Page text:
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  8. I will forever love Azzarello for what he eventually turned 100 Bullets into, but it seems like he's being wrong-headed in that he's trying to apply his extreme noir style to a pre-existing character with a history that doesn't match those styles.

    It's a shame, because when he's on point, he's fantastic. In 100 Bullets he stages a condemnation of the corporatization/privitalizing of America, which he correctly posits as the reason for city crime/social issues by placing "random" mini-stories about non-plot crimes that contrast with the main plot (where a secret society of the European rich co-opted America from even before its revolution to be their own special country. Azzarello poetically labels this issue "The Greatest Crime in the History of the World" and I think even calls it worse than crucifying Christ, because America truly had a hope to be free of such people and practices.) Lex Luthor: Man of Steel is similarly great, as he really gets into Luthor's head.

    On the other hand, when he fails, he crashes and burns. Here, Superman Tomorrow, etc.

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    1. Hello Andrew:- I have always meant to give 100 Bullets more attention. I've certainly enjoyed and admired what I've read, even if I found myself oddly untouched emotionally by what was going on. Your explanation of the broader context of where the comic went after those first few issues certainly makes me want to get back onto picking up the 100 Bullets collections.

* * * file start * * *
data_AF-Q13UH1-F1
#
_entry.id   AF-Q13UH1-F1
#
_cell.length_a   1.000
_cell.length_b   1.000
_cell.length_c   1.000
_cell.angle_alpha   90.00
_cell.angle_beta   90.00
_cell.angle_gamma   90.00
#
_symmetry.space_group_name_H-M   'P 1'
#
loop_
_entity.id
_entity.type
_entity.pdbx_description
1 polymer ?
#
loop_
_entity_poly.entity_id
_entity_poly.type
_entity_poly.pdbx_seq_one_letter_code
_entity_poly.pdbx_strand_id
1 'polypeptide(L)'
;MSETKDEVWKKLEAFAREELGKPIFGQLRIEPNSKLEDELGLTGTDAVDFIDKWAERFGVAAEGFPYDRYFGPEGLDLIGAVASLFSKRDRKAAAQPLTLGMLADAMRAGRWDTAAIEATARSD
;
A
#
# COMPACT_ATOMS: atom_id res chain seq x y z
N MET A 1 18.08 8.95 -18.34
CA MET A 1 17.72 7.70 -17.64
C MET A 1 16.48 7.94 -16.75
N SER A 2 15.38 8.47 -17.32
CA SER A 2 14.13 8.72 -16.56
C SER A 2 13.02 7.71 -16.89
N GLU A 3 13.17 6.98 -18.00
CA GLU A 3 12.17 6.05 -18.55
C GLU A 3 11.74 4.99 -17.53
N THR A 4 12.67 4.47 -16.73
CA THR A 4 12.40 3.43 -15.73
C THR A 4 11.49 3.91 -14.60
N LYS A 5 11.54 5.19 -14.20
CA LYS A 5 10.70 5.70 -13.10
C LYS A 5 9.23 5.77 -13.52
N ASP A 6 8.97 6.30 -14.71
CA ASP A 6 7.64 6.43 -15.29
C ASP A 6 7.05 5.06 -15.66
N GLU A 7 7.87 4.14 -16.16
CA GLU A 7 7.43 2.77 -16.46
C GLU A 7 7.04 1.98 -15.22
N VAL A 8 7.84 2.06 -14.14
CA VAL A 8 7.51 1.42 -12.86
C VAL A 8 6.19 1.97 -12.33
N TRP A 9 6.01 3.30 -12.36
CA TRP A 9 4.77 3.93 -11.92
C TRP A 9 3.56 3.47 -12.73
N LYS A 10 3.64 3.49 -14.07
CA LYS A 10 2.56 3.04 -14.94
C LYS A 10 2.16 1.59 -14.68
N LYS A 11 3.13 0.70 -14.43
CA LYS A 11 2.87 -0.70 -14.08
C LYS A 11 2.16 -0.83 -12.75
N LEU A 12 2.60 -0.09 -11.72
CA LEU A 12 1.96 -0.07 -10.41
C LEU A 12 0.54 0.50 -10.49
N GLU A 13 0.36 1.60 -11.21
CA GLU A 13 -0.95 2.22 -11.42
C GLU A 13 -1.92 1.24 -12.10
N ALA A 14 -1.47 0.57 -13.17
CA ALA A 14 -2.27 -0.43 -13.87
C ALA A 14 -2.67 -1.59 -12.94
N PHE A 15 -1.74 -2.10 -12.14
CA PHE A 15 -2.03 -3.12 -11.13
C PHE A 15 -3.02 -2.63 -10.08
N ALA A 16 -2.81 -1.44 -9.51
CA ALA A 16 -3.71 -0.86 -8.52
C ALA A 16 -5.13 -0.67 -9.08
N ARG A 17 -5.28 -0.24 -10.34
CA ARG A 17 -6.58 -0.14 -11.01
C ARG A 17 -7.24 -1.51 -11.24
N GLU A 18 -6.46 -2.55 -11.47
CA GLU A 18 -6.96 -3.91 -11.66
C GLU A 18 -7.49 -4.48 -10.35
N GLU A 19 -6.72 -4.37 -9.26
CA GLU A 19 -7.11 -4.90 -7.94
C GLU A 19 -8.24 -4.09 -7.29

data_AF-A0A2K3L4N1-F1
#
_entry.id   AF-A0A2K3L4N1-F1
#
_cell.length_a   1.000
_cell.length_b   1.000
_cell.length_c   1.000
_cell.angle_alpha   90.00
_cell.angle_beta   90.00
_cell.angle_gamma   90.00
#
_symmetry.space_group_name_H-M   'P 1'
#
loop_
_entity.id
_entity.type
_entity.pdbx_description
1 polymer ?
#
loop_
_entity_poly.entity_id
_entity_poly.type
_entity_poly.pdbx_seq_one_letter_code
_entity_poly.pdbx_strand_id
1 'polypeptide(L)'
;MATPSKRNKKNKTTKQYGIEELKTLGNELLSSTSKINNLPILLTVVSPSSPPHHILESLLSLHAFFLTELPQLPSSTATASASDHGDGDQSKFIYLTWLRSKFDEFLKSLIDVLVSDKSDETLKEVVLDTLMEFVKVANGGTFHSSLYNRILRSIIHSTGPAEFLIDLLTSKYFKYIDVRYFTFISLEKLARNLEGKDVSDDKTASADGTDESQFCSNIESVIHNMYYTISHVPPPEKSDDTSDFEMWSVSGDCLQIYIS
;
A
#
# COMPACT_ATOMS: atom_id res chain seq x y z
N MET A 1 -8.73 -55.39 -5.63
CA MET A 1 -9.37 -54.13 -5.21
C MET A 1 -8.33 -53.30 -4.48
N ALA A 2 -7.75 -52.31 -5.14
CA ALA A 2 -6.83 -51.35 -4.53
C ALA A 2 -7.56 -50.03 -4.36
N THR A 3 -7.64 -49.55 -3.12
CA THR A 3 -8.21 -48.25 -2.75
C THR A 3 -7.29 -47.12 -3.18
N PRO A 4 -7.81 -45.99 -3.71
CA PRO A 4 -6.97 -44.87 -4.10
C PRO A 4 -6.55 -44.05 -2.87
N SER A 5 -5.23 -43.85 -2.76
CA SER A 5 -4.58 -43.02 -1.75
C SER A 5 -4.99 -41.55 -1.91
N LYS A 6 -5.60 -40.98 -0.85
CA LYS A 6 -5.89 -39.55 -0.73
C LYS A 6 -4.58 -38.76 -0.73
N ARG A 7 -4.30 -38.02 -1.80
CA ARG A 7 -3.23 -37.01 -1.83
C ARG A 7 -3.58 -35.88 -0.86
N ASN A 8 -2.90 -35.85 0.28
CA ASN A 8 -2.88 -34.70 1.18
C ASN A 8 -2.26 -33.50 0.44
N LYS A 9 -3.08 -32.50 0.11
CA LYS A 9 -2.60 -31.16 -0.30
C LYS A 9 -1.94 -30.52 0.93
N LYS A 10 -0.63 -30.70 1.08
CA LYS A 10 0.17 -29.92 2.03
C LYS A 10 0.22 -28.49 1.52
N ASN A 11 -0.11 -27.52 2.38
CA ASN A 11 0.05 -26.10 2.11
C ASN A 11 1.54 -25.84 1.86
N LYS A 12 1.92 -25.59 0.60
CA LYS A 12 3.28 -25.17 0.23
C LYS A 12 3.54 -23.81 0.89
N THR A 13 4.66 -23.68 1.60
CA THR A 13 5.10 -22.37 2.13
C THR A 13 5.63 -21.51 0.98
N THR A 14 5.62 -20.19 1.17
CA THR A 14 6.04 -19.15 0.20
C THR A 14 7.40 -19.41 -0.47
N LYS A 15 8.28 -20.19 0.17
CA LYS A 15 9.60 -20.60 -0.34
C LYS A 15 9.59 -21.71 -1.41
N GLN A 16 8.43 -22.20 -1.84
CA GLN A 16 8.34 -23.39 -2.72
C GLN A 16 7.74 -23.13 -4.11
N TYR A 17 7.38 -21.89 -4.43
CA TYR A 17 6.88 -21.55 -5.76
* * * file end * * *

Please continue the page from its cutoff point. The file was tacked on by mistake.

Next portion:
"Lex Luthor" I did admire, but again, I find it hard to be moved by BA's work. I guess Superman Tomorrow etc is not the place to begin. I've often picked up the collected edition, read a page and put it straight down. I even borrowed it once and found it unreadable. And there's no too much that defeats me ...

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  9. I was just as surprised--I assumed it would be unconnected stories involving revenge. I was more enjoying the storytelling/art until about trade 3; the best one is probably Counterfifth Detective, but going in order is the best bet.